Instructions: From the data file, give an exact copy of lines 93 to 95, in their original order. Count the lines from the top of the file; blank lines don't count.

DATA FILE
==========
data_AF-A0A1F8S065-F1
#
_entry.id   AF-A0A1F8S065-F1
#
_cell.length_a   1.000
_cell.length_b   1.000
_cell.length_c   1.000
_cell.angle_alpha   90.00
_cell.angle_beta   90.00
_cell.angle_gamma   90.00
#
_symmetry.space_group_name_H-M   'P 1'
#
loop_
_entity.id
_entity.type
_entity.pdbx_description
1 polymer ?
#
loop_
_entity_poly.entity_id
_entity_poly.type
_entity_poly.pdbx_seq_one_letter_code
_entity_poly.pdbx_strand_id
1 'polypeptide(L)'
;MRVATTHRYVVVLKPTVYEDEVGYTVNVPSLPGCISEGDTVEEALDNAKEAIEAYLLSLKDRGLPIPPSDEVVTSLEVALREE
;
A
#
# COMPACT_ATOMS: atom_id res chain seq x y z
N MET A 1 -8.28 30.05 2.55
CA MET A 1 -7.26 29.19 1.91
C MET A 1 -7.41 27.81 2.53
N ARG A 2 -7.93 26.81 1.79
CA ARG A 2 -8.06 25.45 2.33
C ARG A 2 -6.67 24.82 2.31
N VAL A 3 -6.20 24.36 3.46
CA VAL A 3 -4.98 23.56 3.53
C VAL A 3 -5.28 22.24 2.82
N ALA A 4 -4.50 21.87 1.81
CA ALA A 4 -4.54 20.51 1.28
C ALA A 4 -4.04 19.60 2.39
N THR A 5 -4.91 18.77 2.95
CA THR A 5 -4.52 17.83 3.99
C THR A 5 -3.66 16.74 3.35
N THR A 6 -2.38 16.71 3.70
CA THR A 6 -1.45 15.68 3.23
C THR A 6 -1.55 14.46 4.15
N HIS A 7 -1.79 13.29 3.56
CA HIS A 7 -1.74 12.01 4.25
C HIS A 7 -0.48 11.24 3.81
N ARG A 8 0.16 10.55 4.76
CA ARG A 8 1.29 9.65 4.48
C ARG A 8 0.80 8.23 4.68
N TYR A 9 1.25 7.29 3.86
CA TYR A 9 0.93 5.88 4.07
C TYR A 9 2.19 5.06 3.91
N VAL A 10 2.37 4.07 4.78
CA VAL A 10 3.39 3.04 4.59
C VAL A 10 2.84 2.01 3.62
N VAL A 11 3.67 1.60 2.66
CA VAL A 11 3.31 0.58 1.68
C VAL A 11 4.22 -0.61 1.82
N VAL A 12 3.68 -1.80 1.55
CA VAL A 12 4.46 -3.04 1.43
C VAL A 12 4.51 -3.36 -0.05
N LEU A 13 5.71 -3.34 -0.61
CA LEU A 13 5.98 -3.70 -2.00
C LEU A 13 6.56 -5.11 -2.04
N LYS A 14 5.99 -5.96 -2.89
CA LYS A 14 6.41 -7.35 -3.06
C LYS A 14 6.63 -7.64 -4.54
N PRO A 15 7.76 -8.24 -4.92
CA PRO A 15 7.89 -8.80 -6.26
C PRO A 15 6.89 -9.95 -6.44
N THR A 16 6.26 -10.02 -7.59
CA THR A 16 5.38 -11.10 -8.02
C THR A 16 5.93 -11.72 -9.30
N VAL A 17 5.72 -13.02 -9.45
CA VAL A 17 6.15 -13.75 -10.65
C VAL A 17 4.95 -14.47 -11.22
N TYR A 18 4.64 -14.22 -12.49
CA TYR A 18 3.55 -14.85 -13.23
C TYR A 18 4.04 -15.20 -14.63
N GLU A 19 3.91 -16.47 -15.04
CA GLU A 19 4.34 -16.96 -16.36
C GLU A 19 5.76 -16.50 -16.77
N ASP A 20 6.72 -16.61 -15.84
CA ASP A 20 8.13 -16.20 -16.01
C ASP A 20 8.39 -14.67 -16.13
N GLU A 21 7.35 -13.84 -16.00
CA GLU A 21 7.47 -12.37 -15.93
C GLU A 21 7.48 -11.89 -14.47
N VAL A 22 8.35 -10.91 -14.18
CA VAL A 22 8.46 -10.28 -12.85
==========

C GLU A 21 7.48 -11.89 -14.47
N VAL A 22 8.35 -10.91 -14.18
CA VAL A 22 8.46 -10.28 -12.85